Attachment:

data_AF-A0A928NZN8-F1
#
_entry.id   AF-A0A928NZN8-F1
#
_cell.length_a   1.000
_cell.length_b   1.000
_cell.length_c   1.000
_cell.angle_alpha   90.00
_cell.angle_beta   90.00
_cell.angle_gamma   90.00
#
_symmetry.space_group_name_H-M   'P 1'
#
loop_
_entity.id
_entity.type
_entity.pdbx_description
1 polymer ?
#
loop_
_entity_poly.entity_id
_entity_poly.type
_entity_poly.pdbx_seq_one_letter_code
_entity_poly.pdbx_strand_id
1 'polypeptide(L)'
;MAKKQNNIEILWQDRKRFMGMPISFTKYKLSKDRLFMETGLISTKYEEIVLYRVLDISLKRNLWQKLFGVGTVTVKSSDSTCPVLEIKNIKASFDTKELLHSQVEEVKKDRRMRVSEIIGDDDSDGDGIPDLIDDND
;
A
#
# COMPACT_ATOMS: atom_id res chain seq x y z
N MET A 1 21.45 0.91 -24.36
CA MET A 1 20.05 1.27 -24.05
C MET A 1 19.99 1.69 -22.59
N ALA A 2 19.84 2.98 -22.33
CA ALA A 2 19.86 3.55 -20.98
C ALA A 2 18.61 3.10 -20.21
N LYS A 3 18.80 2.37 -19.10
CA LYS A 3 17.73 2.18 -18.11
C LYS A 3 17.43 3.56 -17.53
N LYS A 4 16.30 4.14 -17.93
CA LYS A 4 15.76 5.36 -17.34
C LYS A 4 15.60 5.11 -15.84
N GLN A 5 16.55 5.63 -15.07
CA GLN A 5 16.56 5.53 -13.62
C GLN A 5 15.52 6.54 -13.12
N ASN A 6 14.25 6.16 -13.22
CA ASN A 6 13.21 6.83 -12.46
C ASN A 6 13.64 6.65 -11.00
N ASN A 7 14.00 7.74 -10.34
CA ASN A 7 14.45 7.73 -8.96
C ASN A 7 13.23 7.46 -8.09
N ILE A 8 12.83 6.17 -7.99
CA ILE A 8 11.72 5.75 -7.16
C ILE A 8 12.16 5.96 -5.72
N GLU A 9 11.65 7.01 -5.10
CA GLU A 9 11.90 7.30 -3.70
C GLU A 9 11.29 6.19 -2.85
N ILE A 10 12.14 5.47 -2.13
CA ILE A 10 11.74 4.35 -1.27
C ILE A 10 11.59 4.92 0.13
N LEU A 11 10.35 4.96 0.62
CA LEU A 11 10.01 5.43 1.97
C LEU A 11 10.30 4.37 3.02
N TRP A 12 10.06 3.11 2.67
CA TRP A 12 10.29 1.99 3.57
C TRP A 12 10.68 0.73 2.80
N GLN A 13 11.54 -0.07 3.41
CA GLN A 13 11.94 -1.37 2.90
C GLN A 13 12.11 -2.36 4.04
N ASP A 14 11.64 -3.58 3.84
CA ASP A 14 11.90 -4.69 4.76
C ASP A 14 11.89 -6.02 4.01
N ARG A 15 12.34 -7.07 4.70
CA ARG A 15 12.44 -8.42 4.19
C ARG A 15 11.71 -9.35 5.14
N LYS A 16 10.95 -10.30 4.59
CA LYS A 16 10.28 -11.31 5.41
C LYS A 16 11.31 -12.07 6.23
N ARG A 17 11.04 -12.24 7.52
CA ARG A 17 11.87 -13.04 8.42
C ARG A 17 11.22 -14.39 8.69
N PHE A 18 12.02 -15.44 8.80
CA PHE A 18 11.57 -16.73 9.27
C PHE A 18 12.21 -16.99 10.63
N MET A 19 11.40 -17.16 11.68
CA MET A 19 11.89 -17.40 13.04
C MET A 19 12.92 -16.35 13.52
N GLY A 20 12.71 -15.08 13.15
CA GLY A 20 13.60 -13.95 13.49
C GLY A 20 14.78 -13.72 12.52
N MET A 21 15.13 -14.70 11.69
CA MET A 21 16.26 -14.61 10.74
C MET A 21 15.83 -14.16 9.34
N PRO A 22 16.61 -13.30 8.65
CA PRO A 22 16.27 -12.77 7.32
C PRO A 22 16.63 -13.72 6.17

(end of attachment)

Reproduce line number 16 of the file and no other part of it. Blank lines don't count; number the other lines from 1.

_entity.type